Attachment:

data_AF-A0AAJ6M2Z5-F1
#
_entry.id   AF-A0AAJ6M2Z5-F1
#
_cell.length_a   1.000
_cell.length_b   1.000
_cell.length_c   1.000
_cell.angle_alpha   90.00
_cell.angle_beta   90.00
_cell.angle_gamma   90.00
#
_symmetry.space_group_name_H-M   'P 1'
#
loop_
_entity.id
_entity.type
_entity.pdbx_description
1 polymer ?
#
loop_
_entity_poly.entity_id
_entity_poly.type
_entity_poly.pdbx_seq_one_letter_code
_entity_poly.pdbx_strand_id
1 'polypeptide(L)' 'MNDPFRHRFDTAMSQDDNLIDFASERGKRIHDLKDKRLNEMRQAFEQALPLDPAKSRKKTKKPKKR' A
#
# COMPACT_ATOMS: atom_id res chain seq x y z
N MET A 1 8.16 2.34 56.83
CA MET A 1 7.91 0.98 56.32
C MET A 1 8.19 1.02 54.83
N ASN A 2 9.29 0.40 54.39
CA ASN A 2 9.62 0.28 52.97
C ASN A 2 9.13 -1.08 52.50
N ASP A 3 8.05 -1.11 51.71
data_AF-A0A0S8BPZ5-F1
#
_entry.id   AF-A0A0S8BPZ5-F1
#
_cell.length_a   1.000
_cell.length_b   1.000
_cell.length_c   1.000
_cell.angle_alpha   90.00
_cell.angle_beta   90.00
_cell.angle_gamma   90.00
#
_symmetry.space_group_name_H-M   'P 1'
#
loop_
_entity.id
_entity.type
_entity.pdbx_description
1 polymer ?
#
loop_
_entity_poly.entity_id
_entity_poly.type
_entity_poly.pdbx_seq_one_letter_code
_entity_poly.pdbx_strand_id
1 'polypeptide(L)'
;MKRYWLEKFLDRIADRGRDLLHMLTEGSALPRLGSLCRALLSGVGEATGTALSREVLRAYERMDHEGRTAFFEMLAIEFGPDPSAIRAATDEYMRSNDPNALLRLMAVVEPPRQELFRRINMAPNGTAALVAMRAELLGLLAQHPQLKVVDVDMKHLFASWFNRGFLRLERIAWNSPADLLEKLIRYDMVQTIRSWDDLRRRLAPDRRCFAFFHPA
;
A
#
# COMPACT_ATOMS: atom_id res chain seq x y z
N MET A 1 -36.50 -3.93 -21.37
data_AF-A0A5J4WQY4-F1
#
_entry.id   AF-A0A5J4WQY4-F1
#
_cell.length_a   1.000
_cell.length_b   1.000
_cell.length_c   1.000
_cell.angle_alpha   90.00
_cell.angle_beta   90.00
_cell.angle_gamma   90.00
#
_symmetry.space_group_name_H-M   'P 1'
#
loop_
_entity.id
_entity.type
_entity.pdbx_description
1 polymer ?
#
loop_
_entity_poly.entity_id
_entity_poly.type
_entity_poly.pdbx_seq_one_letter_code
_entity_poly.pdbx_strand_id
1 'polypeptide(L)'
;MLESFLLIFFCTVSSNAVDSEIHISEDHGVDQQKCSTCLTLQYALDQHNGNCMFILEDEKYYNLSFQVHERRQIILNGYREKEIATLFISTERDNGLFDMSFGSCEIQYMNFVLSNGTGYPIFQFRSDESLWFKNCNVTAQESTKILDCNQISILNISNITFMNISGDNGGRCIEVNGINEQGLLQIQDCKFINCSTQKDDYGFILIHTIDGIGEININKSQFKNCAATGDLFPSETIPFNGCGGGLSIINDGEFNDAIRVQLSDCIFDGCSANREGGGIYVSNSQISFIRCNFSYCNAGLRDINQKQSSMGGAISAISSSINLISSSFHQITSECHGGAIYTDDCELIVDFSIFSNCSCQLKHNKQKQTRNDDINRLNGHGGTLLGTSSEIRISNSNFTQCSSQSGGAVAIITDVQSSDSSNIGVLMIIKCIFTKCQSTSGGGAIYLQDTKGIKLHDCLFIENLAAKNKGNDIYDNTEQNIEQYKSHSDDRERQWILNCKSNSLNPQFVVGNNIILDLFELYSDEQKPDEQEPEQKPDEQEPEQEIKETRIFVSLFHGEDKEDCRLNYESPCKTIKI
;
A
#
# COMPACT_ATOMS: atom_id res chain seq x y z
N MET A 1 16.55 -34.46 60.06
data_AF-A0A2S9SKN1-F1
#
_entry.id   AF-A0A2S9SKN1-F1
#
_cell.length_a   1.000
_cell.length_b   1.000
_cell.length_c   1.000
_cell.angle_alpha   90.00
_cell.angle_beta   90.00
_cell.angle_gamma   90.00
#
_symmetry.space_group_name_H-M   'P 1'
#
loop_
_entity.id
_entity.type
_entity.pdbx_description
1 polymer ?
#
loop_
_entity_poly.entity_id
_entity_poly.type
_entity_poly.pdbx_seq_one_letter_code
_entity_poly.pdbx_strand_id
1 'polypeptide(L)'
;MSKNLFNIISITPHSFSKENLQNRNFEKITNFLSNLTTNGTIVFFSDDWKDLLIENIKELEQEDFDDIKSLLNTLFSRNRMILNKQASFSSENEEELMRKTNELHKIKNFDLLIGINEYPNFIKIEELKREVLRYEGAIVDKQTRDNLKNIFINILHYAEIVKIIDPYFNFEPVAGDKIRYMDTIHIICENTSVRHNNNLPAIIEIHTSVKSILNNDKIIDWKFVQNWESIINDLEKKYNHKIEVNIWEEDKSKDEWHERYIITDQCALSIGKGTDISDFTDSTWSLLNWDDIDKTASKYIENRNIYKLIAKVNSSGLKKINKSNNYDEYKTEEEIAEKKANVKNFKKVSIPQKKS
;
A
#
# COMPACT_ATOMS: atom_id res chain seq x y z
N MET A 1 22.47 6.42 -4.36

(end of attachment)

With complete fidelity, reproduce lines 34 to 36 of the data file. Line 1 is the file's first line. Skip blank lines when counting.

N ASP A 3 8.05 -1.11 51.71
data_AF-A0A0S8BPZ5-F1
#